CAMP LEATHERNECK, Afghanistan – The drive to become a Marine and gain acceptance into the tight-knit family is what inspired Staff Sgt. Monica Paz to enlist in July 2000.
A veteran of two previous combat deployments to Iraq, Paz is currently serving as the accounting division chief and squadron support division chief for Marine Aviation Logistics Squadron 16, 3rd Marine Aircraft Wing (Forward), in Afghanistan’s Helmand Province.
“I originally wanted to go to college, but I really wasn’t set on what I wanted to study and didn’t want to waste my parents’ money,” said Paz, from Miami. “The Marine Corps was the hardest. It seemed like it was the most challenging branch of the military. I didn’t want to regret something that I didn’t do, and my mother always encouraged me to go ahead and accomplish something no matter how hard it was.”
When Paz left for recruit training, she had no idea what her job would be in the Marine Corps.
“My main focus was, ‘I’m going to be a Marine.’ I didn’t care what job they gave me,” Paz said.
Although Paz came in with an open contract, she has worked to become a proficient leader.
“As a Marine, she’s top notch,” said Master Gunnery Sgt. Robert Mena, aviation supply chief with MALS-16, 3rd MAW (Fwd). “She’s well rounded and embodies the whole Marine concept. She definitely has a very positive staff noncommissioned officer future ahead of her. She’s a mentor to a lot of Marines. She’s fantastic at her job, and I couldn’t ask for anything better. She’s motivated and is constantly seeking improvement and trying to make processes better.”
During her 12 years in the Marine Corps, Paz’s most difficult tour was her time as a drill instructor at Marine Corps Recruit Depot Parris Island, S.C. Paz reported to the drill field in July 2007. Paz noted both the mental and physical challenges associated with the job.
“It was the toughest thing I have ever done,” Paz said. “In my mind, it’s harder than deploying. Physically it hurt. It was one of the biggest sacrifices I’ve ever had to make both to my time and my body, and mentally, it was hard.”
Paz credits former drill instructors for her interest in that job.
“My drill instructors are what motivated me to follow in their footsteps,” she said. “I saw them, and they were extremely tough. They didn’t allow us to be mediocre, and they pushed us to the limit. I know that they changed my life.”
Since leaving the drill field, Paz has run into several of her former recruits both in garrison and while deployed to Afghanistan.
“It’s really good when you get to see former recruits be successful,” Paz said. “Even if they don’t re-enlist and decide to get out, they’re on the right path to having successful futures. They’ve gained a lot of knowledge being in the Marine Corps.”
Sgt. Brenna Aspera, a radio chief with Marine Wing Support Squadron 373, 3rd MAW (Fwd), is a former recruit of Paz’s and was able to see her former drill instructor while deployed to Afghanistan.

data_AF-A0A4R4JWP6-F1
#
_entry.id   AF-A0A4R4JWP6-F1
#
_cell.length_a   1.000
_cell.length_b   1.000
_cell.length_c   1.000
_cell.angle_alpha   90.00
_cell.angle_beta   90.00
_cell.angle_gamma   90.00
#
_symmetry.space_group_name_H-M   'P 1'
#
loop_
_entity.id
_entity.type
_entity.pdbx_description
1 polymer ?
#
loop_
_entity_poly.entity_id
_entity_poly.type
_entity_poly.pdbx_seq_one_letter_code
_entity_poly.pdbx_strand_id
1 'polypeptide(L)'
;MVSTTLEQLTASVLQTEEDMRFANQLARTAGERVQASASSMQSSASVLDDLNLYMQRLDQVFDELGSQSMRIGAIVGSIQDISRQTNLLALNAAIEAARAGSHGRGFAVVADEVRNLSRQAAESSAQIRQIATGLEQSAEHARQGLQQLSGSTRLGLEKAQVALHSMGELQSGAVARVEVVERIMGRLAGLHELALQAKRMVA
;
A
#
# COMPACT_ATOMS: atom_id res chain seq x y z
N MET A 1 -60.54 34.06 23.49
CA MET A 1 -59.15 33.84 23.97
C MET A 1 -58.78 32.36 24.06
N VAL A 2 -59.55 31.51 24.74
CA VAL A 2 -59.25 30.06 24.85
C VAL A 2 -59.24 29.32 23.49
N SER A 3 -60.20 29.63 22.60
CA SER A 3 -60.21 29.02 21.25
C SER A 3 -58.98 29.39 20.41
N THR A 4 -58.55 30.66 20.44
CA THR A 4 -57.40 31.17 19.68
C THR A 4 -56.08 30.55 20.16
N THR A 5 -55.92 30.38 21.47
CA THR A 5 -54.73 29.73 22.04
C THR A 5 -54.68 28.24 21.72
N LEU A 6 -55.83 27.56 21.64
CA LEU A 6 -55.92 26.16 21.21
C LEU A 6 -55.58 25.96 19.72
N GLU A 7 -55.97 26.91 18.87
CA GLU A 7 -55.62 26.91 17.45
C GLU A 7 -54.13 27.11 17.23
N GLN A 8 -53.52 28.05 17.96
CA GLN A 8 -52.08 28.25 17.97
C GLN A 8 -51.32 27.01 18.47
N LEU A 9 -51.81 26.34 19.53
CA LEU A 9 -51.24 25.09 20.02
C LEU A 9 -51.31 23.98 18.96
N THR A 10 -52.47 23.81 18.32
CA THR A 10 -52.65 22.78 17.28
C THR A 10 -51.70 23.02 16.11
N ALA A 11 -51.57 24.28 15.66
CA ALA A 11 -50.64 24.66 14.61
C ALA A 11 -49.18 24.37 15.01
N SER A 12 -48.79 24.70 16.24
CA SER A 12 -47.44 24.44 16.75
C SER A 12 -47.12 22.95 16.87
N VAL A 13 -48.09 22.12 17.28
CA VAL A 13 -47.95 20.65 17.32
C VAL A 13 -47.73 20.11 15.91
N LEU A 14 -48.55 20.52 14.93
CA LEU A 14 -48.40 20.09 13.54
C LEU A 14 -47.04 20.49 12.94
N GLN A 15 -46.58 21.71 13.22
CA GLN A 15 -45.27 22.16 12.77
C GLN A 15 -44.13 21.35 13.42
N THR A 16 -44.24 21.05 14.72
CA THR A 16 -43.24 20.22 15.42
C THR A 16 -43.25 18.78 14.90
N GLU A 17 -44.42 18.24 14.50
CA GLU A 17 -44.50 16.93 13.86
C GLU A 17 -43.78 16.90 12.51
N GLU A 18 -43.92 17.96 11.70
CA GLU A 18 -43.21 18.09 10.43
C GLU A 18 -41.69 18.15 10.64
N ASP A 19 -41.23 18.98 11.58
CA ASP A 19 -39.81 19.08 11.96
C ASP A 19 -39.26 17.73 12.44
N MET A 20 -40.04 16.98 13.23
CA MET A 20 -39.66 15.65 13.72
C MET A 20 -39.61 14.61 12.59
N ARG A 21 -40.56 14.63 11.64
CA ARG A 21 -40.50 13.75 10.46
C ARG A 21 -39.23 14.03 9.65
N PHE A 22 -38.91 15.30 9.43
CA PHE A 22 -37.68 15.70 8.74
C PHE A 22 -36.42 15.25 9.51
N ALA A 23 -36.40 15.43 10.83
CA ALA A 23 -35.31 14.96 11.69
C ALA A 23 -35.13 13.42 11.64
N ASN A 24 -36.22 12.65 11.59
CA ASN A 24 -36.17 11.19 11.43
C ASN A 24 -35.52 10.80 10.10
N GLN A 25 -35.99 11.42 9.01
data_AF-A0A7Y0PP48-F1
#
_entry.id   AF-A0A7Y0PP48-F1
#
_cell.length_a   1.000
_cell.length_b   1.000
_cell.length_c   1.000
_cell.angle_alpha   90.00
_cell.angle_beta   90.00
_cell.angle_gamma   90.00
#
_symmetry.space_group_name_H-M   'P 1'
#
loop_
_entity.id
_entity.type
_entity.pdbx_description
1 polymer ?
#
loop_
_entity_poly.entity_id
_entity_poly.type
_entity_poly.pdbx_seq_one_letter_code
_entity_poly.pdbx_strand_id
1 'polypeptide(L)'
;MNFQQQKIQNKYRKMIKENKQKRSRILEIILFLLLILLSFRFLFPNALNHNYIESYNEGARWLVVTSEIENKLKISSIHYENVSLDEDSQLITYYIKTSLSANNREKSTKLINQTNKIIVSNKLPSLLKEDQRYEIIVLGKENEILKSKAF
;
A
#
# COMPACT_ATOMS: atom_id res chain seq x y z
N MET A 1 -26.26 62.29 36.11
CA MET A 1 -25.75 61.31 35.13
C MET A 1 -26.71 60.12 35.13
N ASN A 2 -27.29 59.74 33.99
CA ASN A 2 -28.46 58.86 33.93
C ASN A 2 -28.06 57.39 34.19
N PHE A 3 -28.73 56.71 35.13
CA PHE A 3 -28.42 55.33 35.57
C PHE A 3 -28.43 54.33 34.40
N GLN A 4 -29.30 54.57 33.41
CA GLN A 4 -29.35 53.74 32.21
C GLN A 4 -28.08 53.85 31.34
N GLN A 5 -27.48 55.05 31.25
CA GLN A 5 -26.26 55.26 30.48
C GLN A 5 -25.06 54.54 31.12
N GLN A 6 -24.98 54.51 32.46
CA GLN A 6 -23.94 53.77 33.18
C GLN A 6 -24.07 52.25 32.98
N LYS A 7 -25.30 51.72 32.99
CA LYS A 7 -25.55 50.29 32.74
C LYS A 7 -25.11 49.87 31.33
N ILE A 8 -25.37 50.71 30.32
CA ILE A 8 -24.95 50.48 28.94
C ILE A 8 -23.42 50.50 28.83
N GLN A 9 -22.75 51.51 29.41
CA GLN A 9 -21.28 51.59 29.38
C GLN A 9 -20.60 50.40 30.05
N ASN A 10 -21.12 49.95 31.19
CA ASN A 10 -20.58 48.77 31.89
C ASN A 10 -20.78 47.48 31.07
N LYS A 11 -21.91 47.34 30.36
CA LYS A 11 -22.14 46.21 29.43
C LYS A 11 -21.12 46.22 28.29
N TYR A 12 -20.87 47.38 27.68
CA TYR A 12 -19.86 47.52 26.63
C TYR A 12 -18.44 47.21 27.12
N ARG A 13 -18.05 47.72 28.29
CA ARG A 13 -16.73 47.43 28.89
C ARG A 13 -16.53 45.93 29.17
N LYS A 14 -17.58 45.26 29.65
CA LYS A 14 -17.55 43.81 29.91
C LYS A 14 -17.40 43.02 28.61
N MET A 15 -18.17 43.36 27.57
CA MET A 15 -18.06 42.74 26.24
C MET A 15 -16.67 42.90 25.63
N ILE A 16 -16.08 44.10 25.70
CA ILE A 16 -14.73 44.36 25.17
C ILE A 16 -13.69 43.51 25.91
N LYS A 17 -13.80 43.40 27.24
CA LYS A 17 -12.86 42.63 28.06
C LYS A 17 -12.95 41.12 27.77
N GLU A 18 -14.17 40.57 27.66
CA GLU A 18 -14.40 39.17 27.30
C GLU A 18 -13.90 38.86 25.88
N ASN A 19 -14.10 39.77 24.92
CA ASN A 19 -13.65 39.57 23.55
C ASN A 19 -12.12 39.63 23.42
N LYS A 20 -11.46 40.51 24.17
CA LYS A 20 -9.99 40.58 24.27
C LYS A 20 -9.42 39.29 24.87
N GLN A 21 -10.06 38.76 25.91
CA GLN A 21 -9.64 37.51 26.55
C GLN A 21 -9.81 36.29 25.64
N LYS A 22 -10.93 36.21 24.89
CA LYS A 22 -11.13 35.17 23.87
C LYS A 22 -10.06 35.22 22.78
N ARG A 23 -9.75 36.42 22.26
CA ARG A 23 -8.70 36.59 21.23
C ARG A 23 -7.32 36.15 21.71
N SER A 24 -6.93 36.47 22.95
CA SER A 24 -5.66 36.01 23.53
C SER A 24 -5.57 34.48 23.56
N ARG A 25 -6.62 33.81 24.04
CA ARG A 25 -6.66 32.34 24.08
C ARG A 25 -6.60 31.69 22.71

“It’s pretty cool because the Marine Corps is pretty small, so being able to run into someone you knew from so long ago out here in Afghanistan is crazy,” Aspera said.
Aspera has plans of becoming a drill instructor herself and said she will try to mirror Paz’s dedication.
“I was actually thinking about becoming a drill instructor because I need to do a [secondary billet] soon,” Aspera said. “I will definitely try to emulate Staff Sgt. Paz and what she was as a drill instructor. She was a good drill instructor. She was definitely somebody to look up to.”
After completing her tour on the drill field, Paz found out she had a health issue.
“For a moment I thought I was done with the Marine Corps,” Paz said. “I thought that I wouldn’t be able to stay in. I had spinal cord surgery after completing my time in the drill field and finding out I had a serious spinal cord problem. They had to go in there and take out bits of my spine and everything. So it’s been very hard to get back physically to where I am now.”
Despite her injury, Paz will continue to push forward in the Marine Corps and hopes to serve 20 years before pursuing a job as a pharmacist.
“It crosses every Marine’s mind whether they want to stay in for the full 20 years or get out,” Paz said. “It crossed my mind once or twice. But just the thought of waking up in the morning and not putting on my uniform or never being able to go to a Marine Corps Ball again just didn’t feel right.”
During this deployment, Paz was working near the flight line during an attack on Camp Bastion in September.
“It was very real. Being in the air wing, it’s not very common for us to go through something like that. It was definitely an eye opener, but once everything was said and done and you saw how the Marines reacted, you witnessed that they did good things and what you taught them in boot camp still sticks with them to this day. They weren’t afraid and they just did what they had to do.”
While deployed to Afghanistan, Paz will continue to look after the unit’s funding and ensure the service members in MALS-16 have enough equipment to accomplish their missions.